Almost everybody in Washington spins and occasionally profoundly misrepresents things to advance their particular political and personal agenda. After all, isn’t that the whole point and fun of being here?
However, the recent outright lying about Trump—like a Washington Post reporter saying he did not just disavow David Duke is astounding. But on Thursday, Zionist Organization of America president Morton Zion upbraided the American Israel Public Affairs Committee (AIPAC) for claiming that Trump leveled some kind of vile personal broadside against Obama at their conference this Monday.
Somebody who heard AIPAC president’s Lillian Pinkus’ emotionally apologize Tuesday for Trump’s “ad hominem attacks” on the nation’s first black president would have thought the GOP front runner called Obama a schvartze or another racist slur.
He actually just noted to widespread applause that, “He may be the worst thing to ever happen to Israel, believe me, believe me. And you know it and you know it better than anybody.”
Klein demanded AIPAC apologize for shilling for the president least sympathetic to Israel since Jimmy Carter in order to demonize Trump. “It is inappropriate that AIPAC’s leaders [decided] to condemn Trump’s appropriate criticism of President Obama’s anti-Israel policies,” he stated. “It was also disgraceful that AIPAC’s leaders chastised the rank-and-file AIPAC audience for cheering Trump’s well-justified condemnation of President Obama.”
“Everyone understands that speeches given at such a conference are the personal beliefs of the speaker — not AIPAC’s. It was ludicrous and wrong for AIPAC to have publicly taken issue with wholly justified concerns of Obama’s policies toward Israel.”
Klein recounted a long list of actions by Obama and his administration that indicate the kind of indifference or hostility to Israel that you would expect from somebody who does not see any conflict (except between Democrats and Republicans) in stark moral absolutes. Most recently, Obama “questioned maintaining the cornerstone of Israel’s security, or Israel’s qualitative military edge (QME).”
It is well to note that Klein is not some kind of stalking horse for Republicans or publicity monger, like former Anti-Defamation League head Abe Foxman. “Abe will say anything to get in the paper,” another Jewish leader once told this reporter.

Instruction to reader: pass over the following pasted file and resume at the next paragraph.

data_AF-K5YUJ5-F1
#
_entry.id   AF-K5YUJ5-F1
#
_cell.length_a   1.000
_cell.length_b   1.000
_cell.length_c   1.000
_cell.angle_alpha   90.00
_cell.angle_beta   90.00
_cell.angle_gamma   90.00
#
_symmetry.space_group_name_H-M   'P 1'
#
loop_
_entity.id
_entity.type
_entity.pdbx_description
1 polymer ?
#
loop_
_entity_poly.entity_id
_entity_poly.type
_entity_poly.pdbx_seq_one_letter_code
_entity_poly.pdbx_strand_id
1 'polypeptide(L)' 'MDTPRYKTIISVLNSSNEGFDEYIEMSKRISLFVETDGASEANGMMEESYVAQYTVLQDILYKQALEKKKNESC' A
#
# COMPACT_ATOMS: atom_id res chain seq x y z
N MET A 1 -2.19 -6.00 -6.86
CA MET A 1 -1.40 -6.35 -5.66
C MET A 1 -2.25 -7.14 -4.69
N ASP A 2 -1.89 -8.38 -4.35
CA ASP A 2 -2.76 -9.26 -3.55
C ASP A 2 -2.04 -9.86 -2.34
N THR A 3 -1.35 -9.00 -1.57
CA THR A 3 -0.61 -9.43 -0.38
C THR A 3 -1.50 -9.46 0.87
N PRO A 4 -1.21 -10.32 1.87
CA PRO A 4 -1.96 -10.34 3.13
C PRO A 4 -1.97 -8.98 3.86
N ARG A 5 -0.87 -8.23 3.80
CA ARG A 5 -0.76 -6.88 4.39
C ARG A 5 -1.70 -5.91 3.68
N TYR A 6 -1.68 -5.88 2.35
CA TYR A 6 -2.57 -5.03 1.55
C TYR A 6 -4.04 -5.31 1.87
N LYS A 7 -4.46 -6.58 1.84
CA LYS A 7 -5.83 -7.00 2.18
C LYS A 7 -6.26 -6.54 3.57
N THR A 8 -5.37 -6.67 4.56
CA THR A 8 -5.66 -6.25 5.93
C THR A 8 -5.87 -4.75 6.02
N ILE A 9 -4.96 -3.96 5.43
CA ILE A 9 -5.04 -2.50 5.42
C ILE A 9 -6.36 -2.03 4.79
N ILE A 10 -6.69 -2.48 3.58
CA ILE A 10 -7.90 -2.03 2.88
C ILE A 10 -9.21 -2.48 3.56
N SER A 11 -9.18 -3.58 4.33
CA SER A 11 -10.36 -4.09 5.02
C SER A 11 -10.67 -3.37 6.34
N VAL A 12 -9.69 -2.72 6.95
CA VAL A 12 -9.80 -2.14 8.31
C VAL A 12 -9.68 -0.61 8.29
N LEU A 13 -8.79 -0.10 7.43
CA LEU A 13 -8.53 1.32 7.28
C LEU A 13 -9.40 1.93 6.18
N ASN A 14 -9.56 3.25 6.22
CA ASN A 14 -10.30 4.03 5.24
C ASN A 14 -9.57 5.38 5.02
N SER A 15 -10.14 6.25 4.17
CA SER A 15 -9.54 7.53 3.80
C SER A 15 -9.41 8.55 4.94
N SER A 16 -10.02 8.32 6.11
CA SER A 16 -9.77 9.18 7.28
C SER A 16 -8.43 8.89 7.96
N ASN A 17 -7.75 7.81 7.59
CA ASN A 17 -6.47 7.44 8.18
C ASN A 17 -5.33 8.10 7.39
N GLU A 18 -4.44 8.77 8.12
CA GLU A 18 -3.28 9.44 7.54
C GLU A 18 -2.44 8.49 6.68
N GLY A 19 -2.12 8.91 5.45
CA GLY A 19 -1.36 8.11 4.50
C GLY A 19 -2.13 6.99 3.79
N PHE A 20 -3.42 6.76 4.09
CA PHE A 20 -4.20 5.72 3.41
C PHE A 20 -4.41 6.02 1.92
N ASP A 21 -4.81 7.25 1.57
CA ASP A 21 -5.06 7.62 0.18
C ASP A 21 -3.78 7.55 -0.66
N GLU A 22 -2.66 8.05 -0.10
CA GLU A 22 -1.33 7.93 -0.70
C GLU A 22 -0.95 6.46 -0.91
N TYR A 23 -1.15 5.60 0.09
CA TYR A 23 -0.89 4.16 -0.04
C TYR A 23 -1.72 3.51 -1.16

Klein, by contrast, criticized Ben Carson’s top adviser for sucking up to Louis Farrakhan last fall.
Similarly, AIPAC’s Trump bashing is mostly just for the cameras.
One longtime Washington Jewish community analyst said he could not recall any recent instance of AIPAC disavowing remarks by a presidential candidate at one of their conferences.
Probably because no Republican White House contender has been so widely depicted as such a profound menace to America since a certain B-movie actor, as he was then derisively called, sought the presidency in 1980. Back then, like today, the establishment’s snootiness trumped reason.
By any objective standard, it is Hillary Clinton and Bernie Sanders’ remarks this week that AIPAC should find offensive, Klein noted.
“Why did AIPAC’s leaders remain silent about the troubling, divisive aspects of Secretary Hillary Clinton’s Monday morning AIPAC speech? Secretary Clinton openly declared to the conference attendees that we have ‘differences’, then praised the Iran deal [which AIPAC, ZOA and all credible pro-Israel organizations fought against], and blasted Israeli settlements [Jewish towns and villages in historical Jewish lands] as ‘damaging’”
The son of Holocaust survivors, Klein asked, “why did AIPAC’s leaders remain silent about Senator Bernie Sanders’ Middle East Policy speech, given in Utah the same day as the AIPAC policy conference?
“Sanders praised the Iran deal” and even more insulting “called Israel’s necessary response to Hamas’s rocket attacks disproportionate” and ignored Israel’s extraordinary efforts to avoid harming civilians –- while Hamas deliberately used civilians as human shields.”